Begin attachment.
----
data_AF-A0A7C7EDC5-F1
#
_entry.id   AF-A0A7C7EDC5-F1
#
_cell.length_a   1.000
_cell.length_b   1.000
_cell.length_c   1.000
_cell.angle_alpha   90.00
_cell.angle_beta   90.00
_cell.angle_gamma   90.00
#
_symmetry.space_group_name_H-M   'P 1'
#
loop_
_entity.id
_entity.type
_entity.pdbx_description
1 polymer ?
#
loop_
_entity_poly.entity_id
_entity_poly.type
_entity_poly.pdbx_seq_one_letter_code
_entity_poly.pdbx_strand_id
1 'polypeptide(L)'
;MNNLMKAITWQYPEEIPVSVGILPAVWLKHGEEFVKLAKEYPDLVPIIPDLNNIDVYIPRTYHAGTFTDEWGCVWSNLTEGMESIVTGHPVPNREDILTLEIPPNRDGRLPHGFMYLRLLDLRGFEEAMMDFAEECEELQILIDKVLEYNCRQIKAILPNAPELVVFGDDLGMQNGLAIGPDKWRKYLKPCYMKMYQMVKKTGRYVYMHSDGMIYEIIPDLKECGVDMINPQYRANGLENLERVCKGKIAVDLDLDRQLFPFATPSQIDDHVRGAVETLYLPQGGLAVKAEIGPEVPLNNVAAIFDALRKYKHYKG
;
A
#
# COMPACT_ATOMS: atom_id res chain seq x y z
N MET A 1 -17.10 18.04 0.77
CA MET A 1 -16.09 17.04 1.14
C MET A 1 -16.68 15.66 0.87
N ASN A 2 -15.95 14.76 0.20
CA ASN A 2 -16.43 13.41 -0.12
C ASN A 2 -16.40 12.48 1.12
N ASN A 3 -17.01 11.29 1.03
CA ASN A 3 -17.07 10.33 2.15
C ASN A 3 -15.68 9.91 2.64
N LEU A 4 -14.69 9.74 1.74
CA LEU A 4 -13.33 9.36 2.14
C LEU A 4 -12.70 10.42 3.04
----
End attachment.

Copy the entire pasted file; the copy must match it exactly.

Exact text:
data_AF-A0A7C7EDC5-F1
#
_entry.id   AF-A0A7C7EDC5-F1
#
_cell.length_a   1.000
_cell.length_b   1.000
_cell.length_c   1.000
_cell.angle_alpha   90.00
_cell.angle_beta   90.00
_cell.angle_gamma   90.00
#
_symmetry.space_group_name_H-M   'P 1'
#
loop_
_entity.id
_entity.type
_entity.pdbx_description
1 polymer ?
#
loop_
_entity_poly.entity_id
_entity_poly.type
_entity_poly.pdbx_seq_one_letter_code
_entity_poly.pdbx_strand_id
1 'polypeptide(L)'
;MNNLMKAITWQYPEEIPVSVGILPAVWLKHGEEFVKLAKEYPDLVPIIPDLNNIDVYIPRTYHAGTFTDEWGCVWSNLTEGMESIVTGHPVPNREDILTLEIPPNRDGRLPHGFMYLRLLDLRGFEEAMMDFAEECEELQILIDKVLEYNCRQIKAILPNAPELVVFGDDLGMQNGLAIGPDKWRKYLKPCYMKMYQMVKKTGRYVYMHSDGMIYEIIPDLKECGVDMINPQYRANGLENLERVCKGKIAVDLDLDRQLFPFATPSQIDDHVRGAVETLYLPQGGLAVKAEIGPEVPLNNVAAIFDALRKYKHYKG
;
A
#
# COMPACT_ATOMS: atom_id res chain seq x y z
N MET A 1 -17.10 18.04 0.77
CA MET A 1 -16.09 17.04 1.14
C MET A 1 -16.68 15.66 0.87
N ASN A 2 -15.95 14.76 0.20
CA ASN A 2 -16.43 13.41 -0.12
C ASN A 2 -16.40 12.48 1.12
N ASN A 3 -17.01 11.29 1.03
CA ASN A 3 -17.07 10.33 2.15
C ASN A 3 -15.68 9.91 2.64
N LEU A 4 -14.69 9.74 1.74
CA LEU A 4 -13.33 9.36 2.14
C LEU A 4 -12.70 10.42 3.04